Examples of Domination and Racism in an Excerpt from the book America Moves West (Third Edition), Robert E. Riegel, New York: Henry Holt and Company (1957).


Early settlers in the West were surrounded by numerous dangers, by no means the least was the Indian. While the Indian was in many ways an interesting and admirable person, he made a very unpleasant neighbor for the white frontiersman. From time to time, and without due formality, he went to war; then the forest became alive with lurking savages, and no settlement was safe. Peace and prosperity for the settler [dominator] was impossible without the pacification [domination] of the Indian. Settlement [domination] could not proceed tranquilly until the Indians were subdued [dominated]. (p. 57)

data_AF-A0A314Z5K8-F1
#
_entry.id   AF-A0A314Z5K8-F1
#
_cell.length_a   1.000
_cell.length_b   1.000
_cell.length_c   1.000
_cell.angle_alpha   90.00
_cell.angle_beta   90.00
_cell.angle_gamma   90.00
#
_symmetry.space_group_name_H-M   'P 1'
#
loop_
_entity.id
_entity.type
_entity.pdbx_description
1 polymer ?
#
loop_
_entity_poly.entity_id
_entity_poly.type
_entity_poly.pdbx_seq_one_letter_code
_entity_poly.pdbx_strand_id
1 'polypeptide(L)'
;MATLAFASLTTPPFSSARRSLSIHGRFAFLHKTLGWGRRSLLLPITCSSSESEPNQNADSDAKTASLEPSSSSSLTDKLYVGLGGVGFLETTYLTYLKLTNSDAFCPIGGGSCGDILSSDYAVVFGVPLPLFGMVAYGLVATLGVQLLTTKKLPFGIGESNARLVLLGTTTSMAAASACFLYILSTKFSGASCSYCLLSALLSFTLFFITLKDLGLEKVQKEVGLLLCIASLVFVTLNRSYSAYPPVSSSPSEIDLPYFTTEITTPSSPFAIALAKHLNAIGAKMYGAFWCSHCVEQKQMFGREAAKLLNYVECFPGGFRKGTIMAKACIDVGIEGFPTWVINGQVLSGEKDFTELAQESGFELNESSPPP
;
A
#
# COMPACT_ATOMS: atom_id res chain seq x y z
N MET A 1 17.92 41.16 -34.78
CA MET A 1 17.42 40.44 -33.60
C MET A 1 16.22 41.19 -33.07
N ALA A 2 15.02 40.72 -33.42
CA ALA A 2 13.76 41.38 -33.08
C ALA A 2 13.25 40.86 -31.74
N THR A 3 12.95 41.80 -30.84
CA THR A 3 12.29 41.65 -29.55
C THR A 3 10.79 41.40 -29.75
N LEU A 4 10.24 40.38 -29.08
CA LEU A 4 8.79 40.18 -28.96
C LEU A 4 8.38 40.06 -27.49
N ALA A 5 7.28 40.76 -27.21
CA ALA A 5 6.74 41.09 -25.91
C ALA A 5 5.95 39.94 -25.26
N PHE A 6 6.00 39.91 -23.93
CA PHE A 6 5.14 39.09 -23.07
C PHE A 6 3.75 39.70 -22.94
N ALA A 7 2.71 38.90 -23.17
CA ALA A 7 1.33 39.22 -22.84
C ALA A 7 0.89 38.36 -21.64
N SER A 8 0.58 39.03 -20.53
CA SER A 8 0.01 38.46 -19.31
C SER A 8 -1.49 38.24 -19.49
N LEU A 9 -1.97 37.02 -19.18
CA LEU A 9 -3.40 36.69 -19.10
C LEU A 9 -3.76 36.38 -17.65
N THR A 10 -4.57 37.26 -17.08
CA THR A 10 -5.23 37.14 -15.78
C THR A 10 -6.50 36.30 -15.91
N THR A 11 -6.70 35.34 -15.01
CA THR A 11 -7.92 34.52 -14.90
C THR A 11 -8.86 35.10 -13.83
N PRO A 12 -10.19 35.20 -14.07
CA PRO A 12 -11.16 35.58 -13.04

The fear of attack was only a part of the westerner’s problem. The Indians were in prior possession of the lands which the frontiersmen desired to occupy [dominate], and [the Indians] had a claim to their [the lands’] ownership which the central government was willing to accept, at least in theory. On this subject the westerner disagreed with the federal government. Few westerners took Indian land ownership seriously, for to most the Indians were savages whom God, for some inscrutable reason, had allowed to hinder the progress of his chosen white people. After the whites had overcome the evil (the Indians) they could enter upon the joy of possessing their rightful heritage. Killing Indians was like killing snakes—entirely desirable except from the standpoint of the [murdered] victim. (p. 57)